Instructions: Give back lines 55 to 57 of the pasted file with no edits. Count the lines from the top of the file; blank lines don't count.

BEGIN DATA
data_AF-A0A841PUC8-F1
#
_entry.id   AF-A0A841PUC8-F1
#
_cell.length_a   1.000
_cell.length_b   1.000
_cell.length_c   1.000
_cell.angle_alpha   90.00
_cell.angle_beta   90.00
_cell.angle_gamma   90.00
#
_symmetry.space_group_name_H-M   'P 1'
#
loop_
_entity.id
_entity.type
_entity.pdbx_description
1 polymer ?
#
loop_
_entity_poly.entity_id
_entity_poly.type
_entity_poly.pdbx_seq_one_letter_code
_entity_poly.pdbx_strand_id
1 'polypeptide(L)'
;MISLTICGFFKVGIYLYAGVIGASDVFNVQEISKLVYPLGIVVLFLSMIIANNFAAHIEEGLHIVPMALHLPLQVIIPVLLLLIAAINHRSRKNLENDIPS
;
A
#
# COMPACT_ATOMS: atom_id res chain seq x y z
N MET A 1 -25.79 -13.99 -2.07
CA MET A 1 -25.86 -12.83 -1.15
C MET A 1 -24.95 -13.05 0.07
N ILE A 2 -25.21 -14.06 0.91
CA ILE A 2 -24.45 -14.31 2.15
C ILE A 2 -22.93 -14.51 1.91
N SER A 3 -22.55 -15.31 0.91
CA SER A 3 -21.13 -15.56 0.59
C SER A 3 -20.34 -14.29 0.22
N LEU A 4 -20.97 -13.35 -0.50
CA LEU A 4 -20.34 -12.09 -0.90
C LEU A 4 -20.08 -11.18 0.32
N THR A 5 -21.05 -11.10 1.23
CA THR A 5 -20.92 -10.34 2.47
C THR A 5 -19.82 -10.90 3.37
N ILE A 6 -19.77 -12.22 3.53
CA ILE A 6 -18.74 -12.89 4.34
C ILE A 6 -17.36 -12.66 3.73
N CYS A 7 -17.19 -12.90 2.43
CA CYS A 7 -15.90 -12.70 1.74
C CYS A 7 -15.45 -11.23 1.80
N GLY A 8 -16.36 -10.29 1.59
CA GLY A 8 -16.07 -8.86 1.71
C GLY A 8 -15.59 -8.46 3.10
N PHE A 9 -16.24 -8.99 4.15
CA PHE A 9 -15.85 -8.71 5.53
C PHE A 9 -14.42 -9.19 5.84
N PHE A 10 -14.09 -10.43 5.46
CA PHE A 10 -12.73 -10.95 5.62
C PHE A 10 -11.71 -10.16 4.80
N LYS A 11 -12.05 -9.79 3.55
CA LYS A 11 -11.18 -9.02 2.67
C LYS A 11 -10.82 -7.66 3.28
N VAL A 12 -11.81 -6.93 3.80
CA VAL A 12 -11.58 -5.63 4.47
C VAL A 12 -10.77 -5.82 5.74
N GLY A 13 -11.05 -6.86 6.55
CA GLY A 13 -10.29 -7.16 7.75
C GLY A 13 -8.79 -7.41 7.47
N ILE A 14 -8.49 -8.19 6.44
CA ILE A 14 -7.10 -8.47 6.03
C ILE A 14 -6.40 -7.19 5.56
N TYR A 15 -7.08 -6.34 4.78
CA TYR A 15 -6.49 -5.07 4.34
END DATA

N PHE A 9 -16.24 -8.99 4.15
CA PHE A 9 -15.85 -8.71 5.53
C PHE A 9 -14.42 -9.19 5.84